Welcome to all of my Moms who have kiddos with diabetes!

Today’s Question is: Have you become good at failing?

Are you afraid of failing or of admitting you failed? I surely used to be and once in a while I still am, but I realized that I won’t get better at anything that I don’t practice. Actually becoming good at failing means you’re learning and growing.

Practicing anything that you’re not good at involves a risk of failure. The most common feelings when we think of failing are shame and guilt.

Shame focuses on yourself and guilt focuses on your behavior. Shame is saying, “I’m sorry I am a mistake” and guilt is saying, “I’m sorry I made a mistake.”  However, both of these emotions hinder your forward progress towards improvement.  Failing doesn’t hinder it. Failing actually is essential to getting better at something. It means you are trying. It’s your negative thoughts about failing that hinder progress.

Guilt and shame will never serve you. They just get in the way of forward progress. What SHOULD you take from failing?

You should take failing as feedback. It’s feedback so that when you try again you might succeed. Feedback which allows yourself to grow and learn. If you never fail you never grow.

The best thing to try and do is to own your weaknesses. We all have them and as parents of children with diabetes we have plenty of them (especially when our children are newly diagnosed).

Weaknesses just give us opportunities for personal growth. You don’t have to make it mean anything more than that. Weaknesses don’t have to have a negative sigmatism to them. They don’t have to mean that you aren’t good enough. All they have to mean is you have an opportunity to improve in that area (if you choose to).

When I first became a mom of a T1D I made all high and low blood sugar levels mean that I was failing as a mom. Looking back that wasn’t necessary. Those numbers just meant I had more to learn and also that diabetes is a difficult disease to manage.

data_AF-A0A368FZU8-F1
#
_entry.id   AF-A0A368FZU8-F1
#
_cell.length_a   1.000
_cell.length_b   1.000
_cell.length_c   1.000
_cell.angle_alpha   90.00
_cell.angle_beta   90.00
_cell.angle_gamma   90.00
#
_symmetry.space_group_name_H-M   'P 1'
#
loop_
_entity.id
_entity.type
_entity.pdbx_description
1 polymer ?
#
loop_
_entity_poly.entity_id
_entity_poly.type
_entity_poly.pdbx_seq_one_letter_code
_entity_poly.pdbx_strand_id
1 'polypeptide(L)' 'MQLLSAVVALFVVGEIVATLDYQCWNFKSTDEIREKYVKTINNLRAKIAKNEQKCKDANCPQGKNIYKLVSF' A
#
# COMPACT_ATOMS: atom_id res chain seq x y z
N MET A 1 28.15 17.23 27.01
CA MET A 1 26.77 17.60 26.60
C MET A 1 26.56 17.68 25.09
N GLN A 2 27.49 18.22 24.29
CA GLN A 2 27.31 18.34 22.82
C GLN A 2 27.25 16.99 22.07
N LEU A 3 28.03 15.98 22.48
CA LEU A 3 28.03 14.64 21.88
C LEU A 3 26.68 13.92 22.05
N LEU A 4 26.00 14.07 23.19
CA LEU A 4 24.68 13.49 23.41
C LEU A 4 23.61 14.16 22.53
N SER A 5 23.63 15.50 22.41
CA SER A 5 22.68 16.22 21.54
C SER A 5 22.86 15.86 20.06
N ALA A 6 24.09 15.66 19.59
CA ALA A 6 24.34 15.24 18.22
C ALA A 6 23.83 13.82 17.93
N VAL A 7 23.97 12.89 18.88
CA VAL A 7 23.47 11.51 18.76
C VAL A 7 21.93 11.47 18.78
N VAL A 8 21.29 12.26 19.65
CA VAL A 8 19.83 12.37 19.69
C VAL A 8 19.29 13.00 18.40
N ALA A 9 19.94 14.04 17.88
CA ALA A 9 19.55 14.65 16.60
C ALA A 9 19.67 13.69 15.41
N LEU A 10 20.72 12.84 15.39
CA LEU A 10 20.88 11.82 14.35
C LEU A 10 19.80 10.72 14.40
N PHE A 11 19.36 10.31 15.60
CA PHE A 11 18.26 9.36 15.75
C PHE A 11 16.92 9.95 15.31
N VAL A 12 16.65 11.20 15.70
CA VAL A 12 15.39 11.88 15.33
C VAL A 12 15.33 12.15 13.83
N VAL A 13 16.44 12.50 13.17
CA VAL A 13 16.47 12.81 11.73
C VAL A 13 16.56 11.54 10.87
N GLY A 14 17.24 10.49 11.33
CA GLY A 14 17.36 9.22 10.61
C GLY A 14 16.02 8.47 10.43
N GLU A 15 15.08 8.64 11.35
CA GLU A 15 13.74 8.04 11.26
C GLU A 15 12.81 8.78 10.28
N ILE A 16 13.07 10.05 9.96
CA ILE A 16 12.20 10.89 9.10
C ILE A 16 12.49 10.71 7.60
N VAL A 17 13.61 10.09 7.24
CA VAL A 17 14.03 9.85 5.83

I think we can all agree that diabetes has so many variables that affect blood sugar numbers. A bit of self-care and self-love goes a long way to allowing us to grow from the experience. Allowing us to open up to learning and understanding all of the intricacies of managing diabetes.

When you go to a place of guilt and shame there’s no opportunity to learn and grow. Let go of the self-judgement. It only brings you to a place of victim mentality, which won’t move you forward. Failure is just feedback. Taken as feedback failing is an opportunity.

As a mom of a child with diabetes take each blood sugar number just as feedback and adjust from there. Don’t add the drama. Know that what you are doing is enough.

You are the perfect mom for your child. Unconditional love for yourself is as important as unconditional love for your child.

I’d love to help you learn how to take every blood sugar number and every A1C as feedback. I’d love to help you to leave all the self-judgement behind.. Join me for a FREE 30 minute Exploration Coaching Session! It’s personal and confidential, one-on-one coaching.  Click HERE and go to BOOK NOW to access my schedule or email me here to let me know what day and time works for you. Are you ready to see what you are capable of?

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